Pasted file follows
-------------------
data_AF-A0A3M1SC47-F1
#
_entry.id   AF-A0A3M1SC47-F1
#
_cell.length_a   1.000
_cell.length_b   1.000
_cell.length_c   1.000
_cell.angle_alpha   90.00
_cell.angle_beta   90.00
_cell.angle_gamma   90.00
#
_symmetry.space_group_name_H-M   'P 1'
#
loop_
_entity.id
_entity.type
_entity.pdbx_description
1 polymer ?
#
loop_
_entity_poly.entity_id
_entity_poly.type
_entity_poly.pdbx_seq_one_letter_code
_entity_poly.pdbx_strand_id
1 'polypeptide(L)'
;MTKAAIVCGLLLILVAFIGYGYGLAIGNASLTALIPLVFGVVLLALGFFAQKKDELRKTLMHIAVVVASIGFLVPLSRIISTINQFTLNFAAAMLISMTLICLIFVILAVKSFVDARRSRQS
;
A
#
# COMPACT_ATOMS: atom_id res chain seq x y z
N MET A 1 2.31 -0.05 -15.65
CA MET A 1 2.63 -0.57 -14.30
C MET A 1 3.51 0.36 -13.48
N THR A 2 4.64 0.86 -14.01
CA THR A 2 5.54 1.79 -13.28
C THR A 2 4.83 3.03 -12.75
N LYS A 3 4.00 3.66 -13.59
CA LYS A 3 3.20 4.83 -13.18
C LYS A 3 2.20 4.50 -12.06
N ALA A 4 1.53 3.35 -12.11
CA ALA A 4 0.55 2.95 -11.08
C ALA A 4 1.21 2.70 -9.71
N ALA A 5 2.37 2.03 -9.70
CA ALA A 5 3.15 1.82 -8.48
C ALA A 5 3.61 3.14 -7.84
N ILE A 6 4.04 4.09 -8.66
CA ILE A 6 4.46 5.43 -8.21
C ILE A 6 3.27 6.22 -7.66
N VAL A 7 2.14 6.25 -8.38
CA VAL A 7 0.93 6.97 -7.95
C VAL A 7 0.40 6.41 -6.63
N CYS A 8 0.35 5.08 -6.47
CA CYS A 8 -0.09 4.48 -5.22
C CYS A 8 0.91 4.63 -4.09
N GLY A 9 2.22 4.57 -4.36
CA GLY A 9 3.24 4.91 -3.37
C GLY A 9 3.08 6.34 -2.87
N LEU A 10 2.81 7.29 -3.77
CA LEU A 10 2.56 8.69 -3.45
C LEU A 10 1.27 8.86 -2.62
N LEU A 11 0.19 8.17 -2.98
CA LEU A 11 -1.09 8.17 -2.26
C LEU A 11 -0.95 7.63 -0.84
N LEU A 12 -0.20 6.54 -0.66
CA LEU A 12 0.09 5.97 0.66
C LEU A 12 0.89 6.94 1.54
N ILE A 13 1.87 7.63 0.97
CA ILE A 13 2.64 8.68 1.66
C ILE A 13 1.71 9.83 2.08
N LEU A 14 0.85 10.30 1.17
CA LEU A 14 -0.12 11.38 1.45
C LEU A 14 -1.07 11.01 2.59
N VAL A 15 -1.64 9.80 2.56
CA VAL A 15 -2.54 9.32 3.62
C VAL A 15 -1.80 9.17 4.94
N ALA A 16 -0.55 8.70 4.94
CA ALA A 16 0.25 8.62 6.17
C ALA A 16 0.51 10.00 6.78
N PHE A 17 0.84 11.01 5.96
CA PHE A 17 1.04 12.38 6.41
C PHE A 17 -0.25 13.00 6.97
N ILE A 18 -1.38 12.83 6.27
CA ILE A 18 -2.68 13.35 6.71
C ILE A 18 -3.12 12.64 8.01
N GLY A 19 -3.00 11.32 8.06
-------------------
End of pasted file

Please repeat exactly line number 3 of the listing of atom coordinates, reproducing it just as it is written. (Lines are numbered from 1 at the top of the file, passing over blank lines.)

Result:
_entry.id   AF-A0A3M1SC47-F1